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Its time for mince pie tasting!

Mince pies

Each year a few of us in the office try to find the best mince pie to be bought in Nuneaton.  This year is no exception.  Mince pies have a long history and once would have included meat as well as the dried fruit we are familiar with today.  Their ingredients meant for many years they would have only been eaten by the rich.

I thought it would be fun to share a recipe from our Cookbook from 1782 which includes the use of meat in the mince pie.  The recipe mentions the use of a “neat’s tongue” and I would be interested to know whether any of our readers know what this would have been?

A Mince Pye

Boil a neat’s tongue two hours, then skin it, and chop it as small as possible, chop very small three pounds of fresh beef suet, three pounds of good baking apples, four pounds of currants clean washed, picked, and well dried before the fire, one pound of raisins stoned and chopped small, and one pound of powder sugar, mix them all together with half an ounce of mace, the same of nutmeg grated, cloves and cinnamon a quarter of an ounce of each, and one pint of French brandy, and make a rich puff paste (pastry) ; as you fill the pye up, put in a little candied citron and orange cut in little pieces, what you have to spare, put close down in a pot and cover it up, put no citron or orange in till you use it.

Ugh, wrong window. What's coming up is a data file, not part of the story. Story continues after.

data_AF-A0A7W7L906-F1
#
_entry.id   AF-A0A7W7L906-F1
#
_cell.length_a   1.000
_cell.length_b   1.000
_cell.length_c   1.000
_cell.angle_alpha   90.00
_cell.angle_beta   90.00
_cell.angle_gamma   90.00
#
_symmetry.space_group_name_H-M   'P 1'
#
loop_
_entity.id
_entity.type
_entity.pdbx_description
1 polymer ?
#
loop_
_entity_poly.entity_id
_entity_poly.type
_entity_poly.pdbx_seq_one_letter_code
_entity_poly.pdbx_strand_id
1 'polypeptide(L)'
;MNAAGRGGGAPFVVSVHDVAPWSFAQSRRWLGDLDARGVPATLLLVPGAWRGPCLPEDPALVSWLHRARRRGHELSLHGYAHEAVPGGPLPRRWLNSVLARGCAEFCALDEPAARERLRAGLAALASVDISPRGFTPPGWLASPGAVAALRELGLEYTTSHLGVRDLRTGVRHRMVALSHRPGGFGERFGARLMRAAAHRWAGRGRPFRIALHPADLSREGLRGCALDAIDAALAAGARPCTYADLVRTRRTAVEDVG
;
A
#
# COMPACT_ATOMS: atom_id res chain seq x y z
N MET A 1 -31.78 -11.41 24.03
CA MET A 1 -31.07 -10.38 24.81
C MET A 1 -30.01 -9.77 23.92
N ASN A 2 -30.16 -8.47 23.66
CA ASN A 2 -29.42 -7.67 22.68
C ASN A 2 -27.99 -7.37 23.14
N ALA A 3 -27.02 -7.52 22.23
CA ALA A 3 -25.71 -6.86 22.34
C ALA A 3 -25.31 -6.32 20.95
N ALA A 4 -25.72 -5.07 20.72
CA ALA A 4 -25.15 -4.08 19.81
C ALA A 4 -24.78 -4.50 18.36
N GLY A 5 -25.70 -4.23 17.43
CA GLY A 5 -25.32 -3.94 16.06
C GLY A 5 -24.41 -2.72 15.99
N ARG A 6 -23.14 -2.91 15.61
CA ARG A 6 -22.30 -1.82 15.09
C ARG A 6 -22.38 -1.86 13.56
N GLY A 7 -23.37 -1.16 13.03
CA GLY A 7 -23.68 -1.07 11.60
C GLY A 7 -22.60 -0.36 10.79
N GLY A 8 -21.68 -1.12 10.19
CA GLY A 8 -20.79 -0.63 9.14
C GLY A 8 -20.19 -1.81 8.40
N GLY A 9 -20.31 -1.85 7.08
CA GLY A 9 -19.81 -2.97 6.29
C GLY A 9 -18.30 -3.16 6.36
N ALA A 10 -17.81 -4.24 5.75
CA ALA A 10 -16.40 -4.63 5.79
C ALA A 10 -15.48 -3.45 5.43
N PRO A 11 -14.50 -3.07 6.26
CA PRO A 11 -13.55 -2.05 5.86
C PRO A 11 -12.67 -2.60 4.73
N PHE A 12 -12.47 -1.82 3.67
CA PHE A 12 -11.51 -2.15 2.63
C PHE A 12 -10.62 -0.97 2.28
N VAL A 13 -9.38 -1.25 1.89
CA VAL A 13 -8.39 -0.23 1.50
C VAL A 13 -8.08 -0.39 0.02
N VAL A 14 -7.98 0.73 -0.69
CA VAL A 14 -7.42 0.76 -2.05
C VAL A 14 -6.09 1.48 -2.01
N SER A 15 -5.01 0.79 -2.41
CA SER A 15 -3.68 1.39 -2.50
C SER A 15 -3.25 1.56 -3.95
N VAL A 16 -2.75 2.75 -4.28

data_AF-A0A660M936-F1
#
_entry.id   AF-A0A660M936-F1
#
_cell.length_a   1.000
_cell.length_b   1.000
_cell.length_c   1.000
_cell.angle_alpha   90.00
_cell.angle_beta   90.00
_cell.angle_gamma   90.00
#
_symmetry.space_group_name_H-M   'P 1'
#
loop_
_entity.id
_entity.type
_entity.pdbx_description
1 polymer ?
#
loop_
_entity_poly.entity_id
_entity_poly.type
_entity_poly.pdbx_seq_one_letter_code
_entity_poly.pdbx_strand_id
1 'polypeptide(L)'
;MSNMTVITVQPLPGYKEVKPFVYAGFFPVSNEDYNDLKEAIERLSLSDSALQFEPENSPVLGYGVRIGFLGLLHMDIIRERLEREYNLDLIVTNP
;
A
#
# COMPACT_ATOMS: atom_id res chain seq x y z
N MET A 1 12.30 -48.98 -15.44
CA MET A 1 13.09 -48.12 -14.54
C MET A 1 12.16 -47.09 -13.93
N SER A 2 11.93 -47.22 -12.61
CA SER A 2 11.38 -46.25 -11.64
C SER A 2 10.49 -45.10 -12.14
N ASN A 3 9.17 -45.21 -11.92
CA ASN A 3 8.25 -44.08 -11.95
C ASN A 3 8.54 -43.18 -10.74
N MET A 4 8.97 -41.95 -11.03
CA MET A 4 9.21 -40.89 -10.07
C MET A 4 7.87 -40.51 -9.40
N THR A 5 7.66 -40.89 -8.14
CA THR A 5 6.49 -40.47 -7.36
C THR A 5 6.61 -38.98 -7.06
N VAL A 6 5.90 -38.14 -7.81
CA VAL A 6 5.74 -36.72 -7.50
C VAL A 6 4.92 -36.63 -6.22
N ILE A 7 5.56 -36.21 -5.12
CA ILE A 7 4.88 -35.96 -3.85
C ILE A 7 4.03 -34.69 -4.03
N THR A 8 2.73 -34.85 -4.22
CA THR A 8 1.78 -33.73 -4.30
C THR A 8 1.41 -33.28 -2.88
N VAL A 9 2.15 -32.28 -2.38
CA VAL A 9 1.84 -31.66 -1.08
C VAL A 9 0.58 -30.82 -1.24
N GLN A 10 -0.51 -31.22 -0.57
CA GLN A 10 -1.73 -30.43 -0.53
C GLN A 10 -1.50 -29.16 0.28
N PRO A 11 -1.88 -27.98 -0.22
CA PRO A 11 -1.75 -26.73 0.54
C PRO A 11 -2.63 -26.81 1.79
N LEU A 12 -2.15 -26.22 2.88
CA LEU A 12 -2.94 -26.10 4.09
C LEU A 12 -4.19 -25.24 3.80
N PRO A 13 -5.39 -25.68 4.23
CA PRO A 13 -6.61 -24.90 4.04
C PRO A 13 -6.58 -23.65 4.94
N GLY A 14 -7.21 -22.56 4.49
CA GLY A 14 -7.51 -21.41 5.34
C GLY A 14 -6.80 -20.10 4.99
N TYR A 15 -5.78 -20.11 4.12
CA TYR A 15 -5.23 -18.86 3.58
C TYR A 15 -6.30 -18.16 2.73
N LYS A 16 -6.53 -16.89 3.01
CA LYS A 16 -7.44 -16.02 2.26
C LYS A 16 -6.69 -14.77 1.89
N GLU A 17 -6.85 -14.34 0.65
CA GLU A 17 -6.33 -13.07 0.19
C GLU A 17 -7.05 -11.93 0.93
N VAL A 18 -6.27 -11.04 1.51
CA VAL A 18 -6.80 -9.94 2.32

The book doesn’t include the recipe for rich puff paste so instead I am including one which the writer Elizabeth Raffald advises for dish pies.

To make a cold Paste For Dish Pies.

Take a pound of fine flour, rub it into half a pound of butter, beat the yolks of two eggs, put them into as much water as will make it a stiff paste, roll it out, then put your butter on in thin pieces, dust it with flour, roll it up tight, when you have done it so for three times, roll it out pretty thin, and bake it in a quick oven.

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First World War Remembered

Although we are a museum not an archive we do hold some personal letters.  It seemed appropriate to share in this month of remembrance this letter from Arthur Moreton.  Arthur was writing home on November 12th 1914 from his training camp prior to shipping over to France.  This is what he wrote,